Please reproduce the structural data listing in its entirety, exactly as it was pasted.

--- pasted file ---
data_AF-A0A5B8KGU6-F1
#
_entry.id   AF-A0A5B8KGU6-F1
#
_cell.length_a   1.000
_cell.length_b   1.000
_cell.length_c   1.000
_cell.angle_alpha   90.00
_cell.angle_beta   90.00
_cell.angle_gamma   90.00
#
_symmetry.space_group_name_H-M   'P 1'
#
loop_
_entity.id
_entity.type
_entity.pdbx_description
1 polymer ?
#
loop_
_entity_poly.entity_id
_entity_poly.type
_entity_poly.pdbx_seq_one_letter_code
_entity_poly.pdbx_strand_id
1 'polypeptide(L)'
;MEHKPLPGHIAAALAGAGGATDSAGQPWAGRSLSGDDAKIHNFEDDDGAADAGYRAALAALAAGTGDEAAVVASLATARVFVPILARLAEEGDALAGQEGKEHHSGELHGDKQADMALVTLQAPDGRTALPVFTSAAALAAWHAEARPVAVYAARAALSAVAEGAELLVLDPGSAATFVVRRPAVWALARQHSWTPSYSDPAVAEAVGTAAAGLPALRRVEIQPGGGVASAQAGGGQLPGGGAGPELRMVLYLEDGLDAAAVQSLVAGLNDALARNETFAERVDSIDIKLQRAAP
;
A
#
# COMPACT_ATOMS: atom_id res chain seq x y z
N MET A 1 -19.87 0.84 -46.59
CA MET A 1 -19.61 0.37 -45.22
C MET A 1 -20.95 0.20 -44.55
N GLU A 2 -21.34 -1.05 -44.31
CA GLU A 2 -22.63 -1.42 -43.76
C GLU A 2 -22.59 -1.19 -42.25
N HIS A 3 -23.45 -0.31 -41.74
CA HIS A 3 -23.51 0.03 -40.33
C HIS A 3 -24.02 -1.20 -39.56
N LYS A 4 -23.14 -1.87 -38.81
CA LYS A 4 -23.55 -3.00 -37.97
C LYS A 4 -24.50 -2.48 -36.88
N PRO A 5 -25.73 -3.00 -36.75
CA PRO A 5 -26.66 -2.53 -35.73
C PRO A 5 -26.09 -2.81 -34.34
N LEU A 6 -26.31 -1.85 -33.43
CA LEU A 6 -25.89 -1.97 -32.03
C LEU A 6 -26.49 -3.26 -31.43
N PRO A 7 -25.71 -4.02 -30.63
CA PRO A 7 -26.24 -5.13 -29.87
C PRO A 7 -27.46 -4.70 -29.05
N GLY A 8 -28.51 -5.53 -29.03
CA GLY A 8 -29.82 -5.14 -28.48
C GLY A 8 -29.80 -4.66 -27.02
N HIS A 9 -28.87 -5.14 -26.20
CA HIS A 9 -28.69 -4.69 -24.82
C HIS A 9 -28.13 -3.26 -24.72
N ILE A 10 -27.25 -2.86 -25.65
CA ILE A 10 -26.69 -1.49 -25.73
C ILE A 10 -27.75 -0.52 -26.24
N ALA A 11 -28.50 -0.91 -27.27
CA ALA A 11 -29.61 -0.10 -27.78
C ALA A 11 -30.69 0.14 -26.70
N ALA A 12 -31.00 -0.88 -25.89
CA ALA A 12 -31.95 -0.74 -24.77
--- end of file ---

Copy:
data_AF-A0A5B8KGU6-F1
#
_entry.id   AF-A0A5B8KGU6-F1
#
_cell.length_a   1.000
_cell.length_b   1.000
_cell.length_c   1.000
_cell.angle_alpha   90.00
_cell.angle_beta   90.00
_cell.angle_gamma   90.00
#
_symmetry.space_group_name_H-M   'P 1'
#
loop_
_entity.id
_entity.type
_entity.pdbx_description
1 polymer ?
#
loop_
_entity_poly.entity_id
_entity_poly.type
_entity_poly.pdbx_seq_one_letter_code
_entity_poly.pdbx_strand_id
1 'polypeptide(L)'
;MEHKPLPGHIAAALAGAGGATDSAGQPWAGRSLSGDDAKIHNFEDDDGAADAGYRAALAALAAGTGDEAAVVASLATARVFVPILARLAEEGDALAGQEGKEHHSGELHGDKQADMALVTLQAPDGRTALPVFTSAAALAAWHAEARPVAVYAARAALSAVAEGAELLVLDPGSAATFVVRRPAVWALARQHSWTPSYSDPAVAEAVGTAAAGLPALRRVEIQPGGGVASAQAGGGQLPGGGAGPELRMVLYLEDGLDAAAVQSLVAGLNDALARNETFAERVDSIDIKLQRAAP
;
A
#
# COMPACT_ATOMS: atom_id res chain seq x y z
N MET A 1 -19.87 0.84 -46.59
CA MET A 1 -19.61 0.37 -45.22
C MET A 1 -20.95 0.20 -44.55
N GLU A 2 -21.34 -1.05 -44.31
CA GLU A 2 -22.63 -1.42 -43.76
C GLU A 2 -22.59 -1.19 -42.25
N HIS A 3 -23.45 -0.31 -41.74
CA HIS A 3 -23.51 0.03 -40.33
C HIS A 3 -24.02 -1.20 -39.56
N LYS A 4 -23.14 -1.87 -38.81
CA LYS A 4 -23.55 -3.00 -37.97
C LYS A 4 -24.50 -2.48 -36.88
N PRO A 5 -25.73 -3.00 -36.75
CA PRO A 5 -26.66 -2.53 -35.73
C PRO A 5 -26.09 -2.81 -34.34
N LEU A 6 -26.31 -1.85 -33.43
CA LEU A 6 -25.89 -1.97 -32.03
C LEU A 6 -26.49 -3.26 -31.43
N PRO A 7 -25.71 -4.02 -30.63
CA PRO A 7 -26.24 -5.13 -29.87
C PRO A 7 -27.46 -4.70 -29.05
N GLY A 8 -28.51 -5.53 -29.03
CA GLY A 8 -29.82 -5.14 -28.48
C GLY A 8 -29.80 -4.66 -27.02
N HIS A 9 -28.87 -5.14 -26.20
CA HIS A 9 -28.69 -4.69 -24.82
C HIS A 9 -28.13 -3.26 -24.72
N ILE A 10 -27.25 -2.86 -25.65
CA ILE A 10 -26.69 -1.49 -25.73
C ILE A 10 -27.75 -0.52 -26.24
N ALA A 11 -28.50 -0.91 -27.27
CA ALA A 11 -29.61 -0.10 -27.78
C ALA A 11 -30.69 0.14 -26.70
N ALA A 12 -31.00 -0.88 -25.89
CA ALA A 12 -31.95 -0.74 -24.77